Sons and Daughters
All children are celebrated and welcomed in Islam. Before Islam, the birth of a girl was usually met with sorrow and disappointment. Female infanticide was commonplace, and girls who did grow up did so as unwanted, unloved servants.
Preference for Boys
The Qur'an criticizes the attitude of parents who are disappointed at the birth of a daughter. “When news is brought to one of them of the birth of a female child, his face darkens and he is filled with inward grief! With shame he hides himself from people, because of the bad news he has had! Shall he retain it in suffering and contempt, or bury her in the dust? Ah! What an evil choice they make” (Qur'an 16:58–59). Love and affection for a newborn child should be the same, regardless of gender.
Muslims recognize that God is the One who creates, and God alone is the One who chooses whether a child will be a boy or a girl. It is not something for us to despair over, because that would be questioning God's wisdom. The Qur'an reminds: “To God belongs the dominion of the heavens and the earth. He creates what He wills. He bestows children, male or female, according to His will. Or He bestows both males and females. And He leaves barren whom He will, for He is full of knowledge and power” (Qur'an 42:49–50).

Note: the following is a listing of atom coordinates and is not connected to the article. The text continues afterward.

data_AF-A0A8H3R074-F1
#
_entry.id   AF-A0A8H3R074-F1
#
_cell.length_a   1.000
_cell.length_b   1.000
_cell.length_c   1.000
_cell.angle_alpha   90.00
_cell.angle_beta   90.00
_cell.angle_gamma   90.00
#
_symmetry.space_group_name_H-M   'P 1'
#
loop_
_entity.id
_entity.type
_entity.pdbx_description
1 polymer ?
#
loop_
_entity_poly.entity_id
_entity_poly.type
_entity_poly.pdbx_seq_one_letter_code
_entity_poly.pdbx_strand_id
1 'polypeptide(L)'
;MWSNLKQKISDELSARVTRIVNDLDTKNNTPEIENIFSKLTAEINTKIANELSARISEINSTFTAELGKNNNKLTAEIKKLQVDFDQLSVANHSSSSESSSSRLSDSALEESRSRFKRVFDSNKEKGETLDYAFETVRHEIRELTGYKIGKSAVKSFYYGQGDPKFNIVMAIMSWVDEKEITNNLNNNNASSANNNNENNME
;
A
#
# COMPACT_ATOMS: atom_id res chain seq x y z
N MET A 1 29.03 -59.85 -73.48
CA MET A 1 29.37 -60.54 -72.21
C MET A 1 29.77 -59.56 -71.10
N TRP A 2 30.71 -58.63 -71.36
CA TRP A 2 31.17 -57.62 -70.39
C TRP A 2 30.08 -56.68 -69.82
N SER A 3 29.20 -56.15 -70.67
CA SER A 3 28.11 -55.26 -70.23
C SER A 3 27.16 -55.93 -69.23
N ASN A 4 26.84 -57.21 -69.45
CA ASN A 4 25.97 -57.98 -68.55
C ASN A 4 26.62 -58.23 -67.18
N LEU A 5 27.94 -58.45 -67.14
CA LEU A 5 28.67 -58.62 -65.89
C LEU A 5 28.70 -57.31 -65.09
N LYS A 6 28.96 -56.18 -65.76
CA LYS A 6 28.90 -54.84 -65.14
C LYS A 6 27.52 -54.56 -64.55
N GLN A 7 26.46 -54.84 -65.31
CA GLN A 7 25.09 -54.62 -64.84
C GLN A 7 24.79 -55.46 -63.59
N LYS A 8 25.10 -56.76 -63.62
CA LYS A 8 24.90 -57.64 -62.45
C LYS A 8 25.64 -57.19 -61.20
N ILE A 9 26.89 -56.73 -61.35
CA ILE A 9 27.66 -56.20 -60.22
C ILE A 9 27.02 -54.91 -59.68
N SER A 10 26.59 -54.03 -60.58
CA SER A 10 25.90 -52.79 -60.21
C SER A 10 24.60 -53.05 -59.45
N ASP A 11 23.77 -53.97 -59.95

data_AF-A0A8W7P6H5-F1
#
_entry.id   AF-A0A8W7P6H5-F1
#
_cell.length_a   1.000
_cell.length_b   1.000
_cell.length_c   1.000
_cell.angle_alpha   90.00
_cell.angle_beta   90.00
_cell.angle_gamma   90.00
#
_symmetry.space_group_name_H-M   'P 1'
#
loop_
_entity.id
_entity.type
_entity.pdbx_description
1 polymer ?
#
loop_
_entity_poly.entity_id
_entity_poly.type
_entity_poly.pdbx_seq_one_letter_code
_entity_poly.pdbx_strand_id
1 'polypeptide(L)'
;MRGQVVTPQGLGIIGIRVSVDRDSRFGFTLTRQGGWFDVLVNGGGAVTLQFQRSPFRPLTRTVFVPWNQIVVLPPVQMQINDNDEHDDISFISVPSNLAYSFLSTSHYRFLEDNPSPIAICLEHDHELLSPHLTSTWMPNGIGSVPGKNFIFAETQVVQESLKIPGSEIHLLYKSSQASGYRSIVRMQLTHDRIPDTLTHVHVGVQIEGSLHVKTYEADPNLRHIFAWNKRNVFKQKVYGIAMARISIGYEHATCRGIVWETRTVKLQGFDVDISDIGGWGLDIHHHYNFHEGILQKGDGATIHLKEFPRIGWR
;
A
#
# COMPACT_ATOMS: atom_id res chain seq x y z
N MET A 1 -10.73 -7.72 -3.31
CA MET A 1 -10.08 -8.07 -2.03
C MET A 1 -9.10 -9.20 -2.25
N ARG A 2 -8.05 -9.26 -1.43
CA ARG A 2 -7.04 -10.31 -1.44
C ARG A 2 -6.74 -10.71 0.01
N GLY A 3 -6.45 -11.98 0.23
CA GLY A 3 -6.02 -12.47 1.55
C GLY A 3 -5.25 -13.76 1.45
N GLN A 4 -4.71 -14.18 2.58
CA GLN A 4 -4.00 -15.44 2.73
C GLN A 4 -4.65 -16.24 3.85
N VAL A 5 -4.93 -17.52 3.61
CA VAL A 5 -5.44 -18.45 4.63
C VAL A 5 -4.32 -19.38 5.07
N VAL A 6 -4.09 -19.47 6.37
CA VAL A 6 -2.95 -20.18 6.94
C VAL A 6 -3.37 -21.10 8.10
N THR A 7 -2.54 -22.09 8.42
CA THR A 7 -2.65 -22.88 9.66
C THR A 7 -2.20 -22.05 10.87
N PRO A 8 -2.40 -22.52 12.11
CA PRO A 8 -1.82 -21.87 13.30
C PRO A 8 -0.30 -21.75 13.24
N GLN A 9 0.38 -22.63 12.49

Rewards for Raising Girls
Not only should parents be delighted at the birth of a daughter, they should treat her well and raise her in mercy and kindness. Islam encourages this attitude, reminding Muslims of the rewards for this unconditional love and care.
Muhammad once said, “The one who raises a daughter properly, she shall be his pass into Heaven.” Another time he said, “Whoever has a daughter, and he does not bury her alive, does not insult her, and does not favor his son over her, Allah will enter him into Paradise.” Muhammad himself had four daughters who grew to adulthood, and he was an example to others of how to lovingly treat a little girl.